Perhaps one of the most unusual things on exhibit at the San Diego Museum of Man is a series of shrunken heads from northwestern region of the Amazon rain forest — some made from ground sloths and others the genuine article. Our visitors are frequently surprised to find out that our shrunken heads are real, and that you can actually shrink a head that small. I overheard one dad tell his son “You can’t really shrink a skull.” He was right; you’ve got to take the bony parts out first. We live in a very different world today than our friends (who are now shrunken heads) did nearly 100 years ago.
Growing up in the ancient forests of Ecuador, you knew one of two things: how to shrink a human head, or how to run quickly from those who did. As a member of the former group, you believed preserving enemies’ heads gave you power. You’d spend hours practicing this sacred and difficult skill on tree sloths (much to their chagrin). Then, as you entered manhood, your skills would finally be put to the test.
First, you had to slay your enemy (while avoiding being slain). Next, you would carefully remove the acquired head (as any good headhunter would). Then, you’d return to your village and the chief would authorize its preparation. You’d start by making a long incision with a flint knife down the center of the skull. Next, you’d peel the scalp down over the face and sew the eyes and lips shut to prevent any dangerous or evil spirits from escaping (you wouldn’t want evil spirits escaping, you know). Then, you’d boil the head in hot tanning liquids to preserve and shrink the skin. Finally, you’d stuff the head with hot rocks or sand to remove excess fat and connective tissue. And voila, one shrunken head for your trophy rack.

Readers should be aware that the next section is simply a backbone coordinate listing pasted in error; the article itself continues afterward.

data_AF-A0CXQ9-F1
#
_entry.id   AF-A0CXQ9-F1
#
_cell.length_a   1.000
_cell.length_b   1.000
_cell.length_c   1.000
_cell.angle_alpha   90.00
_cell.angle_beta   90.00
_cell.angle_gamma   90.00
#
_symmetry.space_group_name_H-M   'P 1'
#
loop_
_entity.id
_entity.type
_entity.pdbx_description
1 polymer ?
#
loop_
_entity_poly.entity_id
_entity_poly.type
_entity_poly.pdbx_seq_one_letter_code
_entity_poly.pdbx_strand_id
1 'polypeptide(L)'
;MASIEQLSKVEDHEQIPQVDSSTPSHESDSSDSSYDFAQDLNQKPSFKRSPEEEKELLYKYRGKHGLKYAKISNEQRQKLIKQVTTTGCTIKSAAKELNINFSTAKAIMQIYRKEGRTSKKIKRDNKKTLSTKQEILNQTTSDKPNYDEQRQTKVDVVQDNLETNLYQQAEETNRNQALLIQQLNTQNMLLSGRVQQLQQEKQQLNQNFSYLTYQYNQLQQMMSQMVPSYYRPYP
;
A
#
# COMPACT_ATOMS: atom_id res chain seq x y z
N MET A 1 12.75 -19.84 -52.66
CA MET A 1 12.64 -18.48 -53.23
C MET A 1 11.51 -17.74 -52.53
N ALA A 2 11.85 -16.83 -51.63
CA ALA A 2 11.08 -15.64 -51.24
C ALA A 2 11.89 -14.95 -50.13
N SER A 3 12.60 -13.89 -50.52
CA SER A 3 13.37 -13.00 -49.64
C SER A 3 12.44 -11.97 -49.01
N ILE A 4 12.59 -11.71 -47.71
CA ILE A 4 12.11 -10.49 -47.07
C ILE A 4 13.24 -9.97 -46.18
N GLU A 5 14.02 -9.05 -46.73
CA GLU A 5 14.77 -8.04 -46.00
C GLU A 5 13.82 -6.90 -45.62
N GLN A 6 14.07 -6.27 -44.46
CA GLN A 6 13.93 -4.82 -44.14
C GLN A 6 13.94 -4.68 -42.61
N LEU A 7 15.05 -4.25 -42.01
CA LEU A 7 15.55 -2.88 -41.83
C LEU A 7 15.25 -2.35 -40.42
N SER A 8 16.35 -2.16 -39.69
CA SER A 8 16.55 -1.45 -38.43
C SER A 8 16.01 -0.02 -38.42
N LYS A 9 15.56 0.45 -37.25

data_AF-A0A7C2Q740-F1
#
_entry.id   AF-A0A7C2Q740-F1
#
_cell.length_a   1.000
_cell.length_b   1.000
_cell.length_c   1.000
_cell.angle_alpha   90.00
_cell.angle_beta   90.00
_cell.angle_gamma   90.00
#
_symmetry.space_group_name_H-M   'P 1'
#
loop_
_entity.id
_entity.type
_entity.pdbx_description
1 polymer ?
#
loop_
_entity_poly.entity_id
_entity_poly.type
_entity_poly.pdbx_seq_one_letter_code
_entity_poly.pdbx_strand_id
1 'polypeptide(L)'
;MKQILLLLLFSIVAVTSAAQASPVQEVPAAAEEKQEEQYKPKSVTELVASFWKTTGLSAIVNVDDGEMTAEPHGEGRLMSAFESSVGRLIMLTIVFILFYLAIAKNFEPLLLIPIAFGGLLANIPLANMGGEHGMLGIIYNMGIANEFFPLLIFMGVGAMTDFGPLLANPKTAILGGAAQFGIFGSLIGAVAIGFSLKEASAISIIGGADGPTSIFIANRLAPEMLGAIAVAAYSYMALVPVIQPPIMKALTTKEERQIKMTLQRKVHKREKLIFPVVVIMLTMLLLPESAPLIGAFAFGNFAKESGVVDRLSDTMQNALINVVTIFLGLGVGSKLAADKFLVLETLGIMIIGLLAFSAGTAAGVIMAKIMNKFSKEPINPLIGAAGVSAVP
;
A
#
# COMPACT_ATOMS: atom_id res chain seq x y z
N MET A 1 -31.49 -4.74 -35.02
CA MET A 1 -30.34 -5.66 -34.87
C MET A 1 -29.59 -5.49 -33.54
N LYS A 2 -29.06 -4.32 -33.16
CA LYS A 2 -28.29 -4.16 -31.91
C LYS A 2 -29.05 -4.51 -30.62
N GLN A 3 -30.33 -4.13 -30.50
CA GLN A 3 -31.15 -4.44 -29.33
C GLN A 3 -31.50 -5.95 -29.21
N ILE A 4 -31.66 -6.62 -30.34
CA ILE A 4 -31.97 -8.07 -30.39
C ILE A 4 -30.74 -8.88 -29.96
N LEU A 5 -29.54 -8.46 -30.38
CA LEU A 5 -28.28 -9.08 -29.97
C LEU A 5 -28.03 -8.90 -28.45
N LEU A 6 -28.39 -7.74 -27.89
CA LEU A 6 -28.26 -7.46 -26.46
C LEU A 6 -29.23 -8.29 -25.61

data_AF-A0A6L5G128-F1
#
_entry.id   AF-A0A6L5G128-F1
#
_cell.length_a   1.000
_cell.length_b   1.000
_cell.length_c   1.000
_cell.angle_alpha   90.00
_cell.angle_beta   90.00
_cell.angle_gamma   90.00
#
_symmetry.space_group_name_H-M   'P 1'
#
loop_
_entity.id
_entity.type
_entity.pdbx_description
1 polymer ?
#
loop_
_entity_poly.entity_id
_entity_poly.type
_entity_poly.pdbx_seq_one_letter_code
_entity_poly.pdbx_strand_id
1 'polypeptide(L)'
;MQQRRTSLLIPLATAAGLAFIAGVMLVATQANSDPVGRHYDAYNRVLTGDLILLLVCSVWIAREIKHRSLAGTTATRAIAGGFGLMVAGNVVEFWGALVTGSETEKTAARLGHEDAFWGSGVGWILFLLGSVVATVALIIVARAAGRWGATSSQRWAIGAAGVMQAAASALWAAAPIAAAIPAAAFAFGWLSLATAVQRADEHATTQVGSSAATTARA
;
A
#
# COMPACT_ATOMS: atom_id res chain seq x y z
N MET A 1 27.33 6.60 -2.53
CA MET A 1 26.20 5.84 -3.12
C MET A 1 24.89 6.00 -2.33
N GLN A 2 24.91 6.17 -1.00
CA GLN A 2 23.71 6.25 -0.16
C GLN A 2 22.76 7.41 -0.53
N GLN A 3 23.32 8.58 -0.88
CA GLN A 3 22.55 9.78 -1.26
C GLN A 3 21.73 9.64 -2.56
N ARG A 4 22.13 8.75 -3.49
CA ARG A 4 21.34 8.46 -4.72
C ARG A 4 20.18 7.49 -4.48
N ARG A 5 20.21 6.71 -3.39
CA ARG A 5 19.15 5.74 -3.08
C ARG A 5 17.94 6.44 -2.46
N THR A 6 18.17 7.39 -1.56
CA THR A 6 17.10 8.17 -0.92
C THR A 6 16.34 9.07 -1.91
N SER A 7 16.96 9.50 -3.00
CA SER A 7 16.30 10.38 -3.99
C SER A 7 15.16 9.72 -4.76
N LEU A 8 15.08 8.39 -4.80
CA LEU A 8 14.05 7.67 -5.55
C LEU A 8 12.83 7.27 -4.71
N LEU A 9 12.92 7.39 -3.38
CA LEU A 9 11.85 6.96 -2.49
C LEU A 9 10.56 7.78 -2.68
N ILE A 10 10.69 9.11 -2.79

We are not suggesting that you try this at home, just commenting that the human experience is a lot broader than we normally think about in our day-to-day lives, and sometimes you have to stop and look at something like a shrunken head in order to realize how good we have it. For now, it makes me glad I work at a museum and I’m not sitting on a shelf in one. Maybe later they can have my head and try to shrink it, but I’d like to hold on to it for a little while.
—Rex Garniewicz, Chief Operating Officer